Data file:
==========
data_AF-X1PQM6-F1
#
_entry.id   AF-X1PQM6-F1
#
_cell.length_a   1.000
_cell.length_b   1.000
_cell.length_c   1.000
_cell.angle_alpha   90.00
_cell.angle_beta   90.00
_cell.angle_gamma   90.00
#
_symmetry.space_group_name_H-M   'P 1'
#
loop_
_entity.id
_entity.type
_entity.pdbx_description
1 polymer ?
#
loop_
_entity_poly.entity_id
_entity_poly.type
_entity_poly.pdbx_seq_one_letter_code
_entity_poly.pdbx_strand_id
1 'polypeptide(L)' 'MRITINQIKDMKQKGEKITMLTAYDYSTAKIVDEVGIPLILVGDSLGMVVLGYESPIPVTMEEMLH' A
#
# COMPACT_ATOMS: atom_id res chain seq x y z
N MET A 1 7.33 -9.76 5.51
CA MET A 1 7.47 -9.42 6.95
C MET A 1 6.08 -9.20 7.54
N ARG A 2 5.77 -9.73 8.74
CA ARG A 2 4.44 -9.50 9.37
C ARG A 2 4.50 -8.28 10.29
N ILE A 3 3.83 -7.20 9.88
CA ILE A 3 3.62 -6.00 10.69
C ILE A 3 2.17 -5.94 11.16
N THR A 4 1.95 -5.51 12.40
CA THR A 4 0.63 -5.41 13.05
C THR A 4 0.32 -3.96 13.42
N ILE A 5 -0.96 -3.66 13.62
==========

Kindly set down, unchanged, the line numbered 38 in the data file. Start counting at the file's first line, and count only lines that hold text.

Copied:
CA THR A 4 0.63 -5.41 13.05